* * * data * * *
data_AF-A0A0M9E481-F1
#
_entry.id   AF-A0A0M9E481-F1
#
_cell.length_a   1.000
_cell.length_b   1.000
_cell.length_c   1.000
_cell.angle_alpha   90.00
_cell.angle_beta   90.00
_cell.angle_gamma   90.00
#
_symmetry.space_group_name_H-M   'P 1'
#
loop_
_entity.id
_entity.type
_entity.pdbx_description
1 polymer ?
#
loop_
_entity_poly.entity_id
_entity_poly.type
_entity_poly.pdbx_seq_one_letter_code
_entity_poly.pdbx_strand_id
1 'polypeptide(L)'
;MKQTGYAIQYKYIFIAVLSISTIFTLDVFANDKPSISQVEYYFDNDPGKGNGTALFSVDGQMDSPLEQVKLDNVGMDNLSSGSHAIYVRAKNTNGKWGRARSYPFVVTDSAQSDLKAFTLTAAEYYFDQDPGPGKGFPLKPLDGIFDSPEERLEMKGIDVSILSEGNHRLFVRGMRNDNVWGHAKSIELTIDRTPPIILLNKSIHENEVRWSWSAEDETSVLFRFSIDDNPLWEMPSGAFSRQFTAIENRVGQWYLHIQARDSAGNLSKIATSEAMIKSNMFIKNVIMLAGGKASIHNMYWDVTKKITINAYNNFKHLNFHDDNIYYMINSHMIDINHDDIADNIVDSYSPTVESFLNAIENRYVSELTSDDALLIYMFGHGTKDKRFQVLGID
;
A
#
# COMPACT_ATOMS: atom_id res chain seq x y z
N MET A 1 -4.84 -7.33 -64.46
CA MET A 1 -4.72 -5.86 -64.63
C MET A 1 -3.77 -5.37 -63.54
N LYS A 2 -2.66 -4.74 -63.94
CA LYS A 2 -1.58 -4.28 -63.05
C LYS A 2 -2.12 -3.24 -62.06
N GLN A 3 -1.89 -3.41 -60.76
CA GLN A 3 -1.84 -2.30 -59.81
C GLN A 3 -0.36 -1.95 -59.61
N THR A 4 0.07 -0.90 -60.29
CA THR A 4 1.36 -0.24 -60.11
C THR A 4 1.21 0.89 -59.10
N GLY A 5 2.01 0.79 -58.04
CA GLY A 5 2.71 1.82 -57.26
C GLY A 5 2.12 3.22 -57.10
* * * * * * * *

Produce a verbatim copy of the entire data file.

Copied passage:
data_AF-A0A0M9E481-F1
#
_entry.id   AF-A0A0M9E481-F1
#
_cell.length_a   1.000
_cell.length_b   1.000
_cell.length_c   1.000
_cell.angle_alpha   90.00
_cell.angle_beta   90.00
_cell.angle_gamma   90.00
#
_symmetry.space_group_name_H-M   'P 1'
#
loop_
_entity.id
_entity.type
_entity.pdbx_description
1 polymer ?
#
loop_
_entity_poly.entity_id
_entity_poly.type
_entity_poly.pdbx_seq_one_letter_code
_entity_poly.pdbx_strand_id
1 'polypeptide(L)'
;MKQTGYAIQYKYIFIAVLSISTIFTLDVFANDKPSISQVEYYFDNDPGKGNGTALFSVDGQMDSPLEQVKLDNVGMDNLSSGSHAIYVRAKNTNGKWGRARSYPFVVTDSAQSDLKAFTLTAAEYYFDQDPGPGKGFPLKPLDGIFDSPEERLEMKGIDVSILSEGNHRLFVRGMRNDNVWGHAKSIELTIDRTPPIILLNKSIHENEVRWSWSAEDETSVLFRFSIDDNPLWEMPSGAFSRQFTAIENRVGQWYLHIQARDSAGNLSKIATSEAMIKSNMFIKNVIMLAGGKASIHNMYWDVTKKITINAYNNFKHLNFHDDNIYYMINSHMIDINHDDIADNIVDSYSPTVESFLNAIENRYVSELTSDDALLIYMFGHGTKDKRFQVLGID
;
A
#
# COMPACT_ATOMS: atom_id res chain seq x y z
N MET A 1 -4.84 -7.33 -64.46
CA MET A 1 -4.72 -5.86 -64.63
C MET A 1 -3.77 -5.37 -63.54
N LYS A 2 -2.66 -4.74 -63.94
CA LYS A 2 -1.58 -4.28 -63.05
C LYS A 2 -2.12 -3.24 -62.06
N GLN A 3 -1.89 -3.41 -60.76
CA GLN A 3 -1.84 -2.30 -59.81
C GLN A 3 -0.36 -1.95 -59.61
N THR A 4 0.07 -0.90 -60.29
CA THR A 4 1.36 -0.24 -60.11
C THR A 4 1.21 0.89 -59.10
N GLY A 5 2.01 0.79 -58.04
CA GLY A 5 2.71 1.82 -57.26
C GLY A 5 2.12 3.22 -57.10